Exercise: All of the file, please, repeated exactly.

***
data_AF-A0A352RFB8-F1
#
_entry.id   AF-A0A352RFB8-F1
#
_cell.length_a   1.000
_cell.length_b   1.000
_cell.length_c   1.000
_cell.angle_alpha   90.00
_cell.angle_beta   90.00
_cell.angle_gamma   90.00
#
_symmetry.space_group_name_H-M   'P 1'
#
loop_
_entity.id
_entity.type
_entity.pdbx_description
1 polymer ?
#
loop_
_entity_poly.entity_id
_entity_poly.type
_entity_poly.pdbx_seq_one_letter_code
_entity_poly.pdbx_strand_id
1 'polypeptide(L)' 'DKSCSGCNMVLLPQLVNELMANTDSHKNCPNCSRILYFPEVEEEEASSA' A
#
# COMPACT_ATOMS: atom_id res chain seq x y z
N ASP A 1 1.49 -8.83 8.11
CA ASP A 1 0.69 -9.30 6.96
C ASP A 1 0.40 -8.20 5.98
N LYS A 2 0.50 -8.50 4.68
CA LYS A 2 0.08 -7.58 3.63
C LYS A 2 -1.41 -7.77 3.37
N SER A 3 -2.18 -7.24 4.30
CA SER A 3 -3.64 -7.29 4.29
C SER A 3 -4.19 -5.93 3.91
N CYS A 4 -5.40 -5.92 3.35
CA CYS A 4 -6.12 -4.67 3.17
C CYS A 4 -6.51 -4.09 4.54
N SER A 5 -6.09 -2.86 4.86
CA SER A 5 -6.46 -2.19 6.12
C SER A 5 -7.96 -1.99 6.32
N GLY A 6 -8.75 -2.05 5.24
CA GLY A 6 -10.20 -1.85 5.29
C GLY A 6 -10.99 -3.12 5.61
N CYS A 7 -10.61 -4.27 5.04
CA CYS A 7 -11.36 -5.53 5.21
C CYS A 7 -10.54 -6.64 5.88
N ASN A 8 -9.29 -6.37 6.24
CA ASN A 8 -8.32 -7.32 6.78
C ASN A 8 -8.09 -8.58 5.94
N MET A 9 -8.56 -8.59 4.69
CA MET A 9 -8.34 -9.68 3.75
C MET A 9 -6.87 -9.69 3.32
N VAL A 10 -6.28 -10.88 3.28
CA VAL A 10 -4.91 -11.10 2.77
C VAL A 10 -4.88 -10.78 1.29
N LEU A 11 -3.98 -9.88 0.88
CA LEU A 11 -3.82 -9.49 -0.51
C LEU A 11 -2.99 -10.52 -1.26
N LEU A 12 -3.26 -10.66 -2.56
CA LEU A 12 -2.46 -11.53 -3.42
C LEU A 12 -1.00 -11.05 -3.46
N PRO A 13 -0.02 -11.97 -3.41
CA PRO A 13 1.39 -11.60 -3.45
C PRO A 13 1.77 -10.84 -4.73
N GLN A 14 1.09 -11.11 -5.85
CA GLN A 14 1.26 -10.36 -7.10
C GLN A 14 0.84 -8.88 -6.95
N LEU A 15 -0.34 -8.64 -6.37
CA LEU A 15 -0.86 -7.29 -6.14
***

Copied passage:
data_AF-A0A352RFB8-F1
#
_entry.id   AF-A0A352RFB8-F1
#
_cell.length_a   1.000
_cell.length_b   1.000
_cell.length_c   1.000
_cell.angle_alpha   90.00
_cell.angle_beta   90.00
_cell.angle_gamma   90.00
#
_symmetry.space_group_name_H-M   'P 1'
#
loop_
_entity.id
_entity.type
_entity.pdbx_description
1 polymer ?
#
loop_
_entity_poly.entity_id
_entity_poly.type
_entity_poly.pdbx_seq_one_letter_code
_entity_poly.pdbx_strand_id
1 'polypeptide(L)' 'DKSCSGCNMVLLPQLVNELMANTDSHKNCPNCSRILYFPEVEEEEASSA' A
#
# COMPACT_ATOMS: atom_id res chain seq x y z
N ASP A 1 1.49 -8.83 8.11
CA ASP A 1 0.69 -9.30 6.96
C ASP A 1 0.40 -8.20 5.98
N LYS A 2 0.50 -8.50 4.68
CA LYS A 2 0.08 -7.58 3.63
C LYS A 2 -1.41 -7.77 3.37
N SER A 3 -2.18 -7.24 4.30
CA SER A 3 -3.64 -7.29 4.29
C SER A 3 -4.19 -5.93 3.91
N CYS A 4 -5.40 -5.92 3.35
CA CYS A 4 -6.12 -4.67 3.17
C CYS A 4 -6.51 -4.09 4.54
N SER A 5 -6.09 -2.86 4.86
CA SER A 5 -6.46 -2.19 6.12
C SER A 5 -7.96 -1.99 6.32
N GLY A 6 -8.75 -2.05 5.24
CA GLY A 6 -10.20 -1.85 5.29
C GLY A 6 -10.99 -3.12 5.61
N CYS A 7 -10.61 -4.27 5.04
CA CYS A 7 -11.36 -5.53 5.21
C CYS A 7 -10.54 -6.64 5.88
N ASN A 8 -9.29 -6.37 6.24
CA ASN A 8 -8.32 -7.32 6.78
C ASN A 8 -8.09 -8.58 5.94
N MET A 9 -8.56 -8.59 4.69
CA MET A 9 -8.34 -9.68 3.75
C MET A 9 -6.87 -9.69 3.32
N VAL A 10 -6.28 -10.88 3.28
CA VAL A 10 -4.91 -11.10 2.77
C VAL A 10 -4.88 -10.78 1.29
N LEU A 11 -3.98 -9.88 0.88
CA LEU A 11 -3.82 -9.49 -0.51
C LEU A 11 -2.99 -10.52 -1.26
N LEU A 12 -3.26 -10.66 -2.56
CA LEU A 12 -2.46 -11.53 -3.42
C LEU A 12 -1.00 -11.05 -3.46
N PRO A 13 -0.02 -11.97 -3.41
CA PRO A 13 1.39 -11.60 -3.45
C PRO A 13 1.77 -10.84 -4.73
N GLN A 14 1.09 -11.11 -5.85
CA GLN A 14 1.26 -10.36 -7.10
C GLN A 14 0.84 -8.88 -6.95
N LEU A 15 -0.34 -8.64 -6.37
CA LEU A 15 -0.86 -7.29 -6.14